When Music Matters founder Jasper Donut broke the news to me that two-time Grammy winning artist Jason Mraz would be doing the conference finale, I have to admit that I wasn’t all that familiar with him. Oh, I had heard his song “I’m Yours” a couple of times and seen his name pop-up on Mi2N as a Billboard-charting artist. But he, as so many major label artists, simply hadn’t blipped on my radar screen. When I was informed that we’d be one of three international media outlets to have a private interview with the songwriter, I knew I had some research to do. The more I read about him, the more I looked forward to our meeting and hopefully understanding something of the secret that’s made him an overnight star in Asia.
While billed as “an international superstar,” his demeanor is if anything, a picture of humility. Warm and approachable, he’s the type of guy you’d imagine sitting with around the campfire, discussing why music matters. And on the subject…
“I think music is the closest we’re ever going to get to agreeing on what God is. In most cases, it’s invisible, we only listen to it, and it has this power to move us, transform us, heal us, inspires us to contribute. Music, this invisible force, gives us an opportunity to raise awareness, raise money. I think even if you’re deaf, you can feel the music vibrating through your soul. I think that it has a really powerful purpose.
“Our word, what we articulate, puts our thoughts into action, actually is a manifestation of that higher energy that fills us. So to put that word into song takes the message even further. I think when you speak it, it has a tendency to eventually just stop, but when you sing it, it’s like you set it into motion forever and it just orbits the earth or it goes out into space.”
Jason’s third album “We Sing. We Dance. We Steal Things” has proven to be a hit in Asia, receiving multiple platinum certifications in Korea (6x) and Indonesia (4x) as well as platinum certification in Hong Kong, Malaysia, Singapore, Taiwan and Thailand. If that were not enough, the single “I’m Yours” has sold close to 5 million ringback tone downloads in South East Asia alone. So to what does he attribute this success?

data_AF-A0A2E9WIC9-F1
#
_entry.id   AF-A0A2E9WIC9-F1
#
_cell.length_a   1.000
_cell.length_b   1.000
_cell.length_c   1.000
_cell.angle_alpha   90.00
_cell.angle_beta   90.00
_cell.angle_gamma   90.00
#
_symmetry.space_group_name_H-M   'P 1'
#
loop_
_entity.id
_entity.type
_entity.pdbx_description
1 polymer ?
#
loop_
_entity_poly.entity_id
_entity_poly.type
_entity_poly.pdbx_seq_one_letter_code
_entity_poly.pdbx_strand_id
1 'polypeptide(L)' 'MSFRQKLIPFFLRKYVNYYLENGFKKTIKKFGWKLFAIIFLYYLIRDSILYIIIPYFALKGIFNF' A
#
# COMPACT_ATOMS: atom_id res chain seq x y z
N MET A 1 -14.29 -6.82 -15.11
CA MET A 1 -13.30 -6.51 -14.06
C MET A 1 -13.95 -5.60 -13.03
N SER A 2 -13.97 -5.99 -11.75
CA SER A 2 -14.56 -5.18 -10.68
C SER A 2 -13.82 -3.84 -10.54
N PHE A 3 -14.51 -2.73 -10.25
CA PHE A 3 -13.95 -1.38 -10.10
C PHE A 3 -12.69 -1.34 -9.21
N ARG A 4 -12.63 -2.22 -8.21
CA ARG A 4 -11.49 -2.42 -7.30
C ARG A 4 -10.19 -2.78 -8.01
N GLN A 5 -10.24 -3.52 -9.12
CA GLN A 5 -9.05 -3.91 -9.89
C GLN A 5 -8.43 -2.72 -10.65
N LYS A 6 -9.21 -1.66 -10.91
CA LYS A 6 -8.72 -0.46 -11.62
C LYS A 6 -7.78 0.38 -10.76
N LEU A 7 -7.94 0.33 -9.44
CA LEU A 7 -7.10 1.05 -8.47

“You know, I really wish I knew because it’s not like I set out ahead of time with all of these elements in mind. I think if anything, the song “I’m Yours,” did all the work, carried the weight. Because basically anywhere I showed up, people were already responding. I certainly didn’t go there ahead of time and do the groundwork, no.
“Granted, we do have extraordinary companies. Warner Music had an extraordinary team spread out all across Asia that got the song out there to people. But also, the song was shared by fans and music lovers. Even before we got on board with our record companies, the song existed in the form of a demo which was available on the internet.
“So this story is really the success of a song and how it was the right message at the right time. It was a song that anybody could grab. It sounds like a nursery rhyme - a very simple melody and the message is all the sunshiny elements for peace and love. I think when you look at the history of music, there’s always that song reoccurring - songs of peace and love and togetherness. So, really this is the story of a song, and I’m grateful that I get to be a part of that.”
Part of that success though has to be traced to collaborations he’s done with various Asian artists in the past. “When I did an extensive Asian tour last year, in every city I had a collaboration waiting for me because we had a duet on the album. It gave me the opportunity to work with female artists in many, many different countries which was exciting. I was also here to work with Japanese artists and a Chinese artist Khalil Fong when I was here last time.”
Another element of his success is his use of social media sites like MySpace and Twitter to communicate with fans. This was actually a topic during the interview regarding a Twitter post he had shared with his fans about how the new album would be different from his previous works.
“Well, it’s funny because when I make a record, I feel like I make the same record every time. But what’s different is the time in which the album occurs, and it’s certainly from my life. So what I said about this album being different than others is that so far, I haven’t felt like I’ve had to sit down to write it - it’s just being written. When I wake up in the morning, more verses get added to it, and that’s kind of a bizarre experience for me. It’s like something else is writing it and something else is giving me these messages, and I love that.
“So that was really my intention with that Twitter post - that this album was going to be different. Sonically, I hope it’s different in that I’ve yet to really make an album that explores the full capacity of my vocals.”
Jason will in fact be finishing work on the new album this June and July… but more about that in Part 2 of this interview later in the month.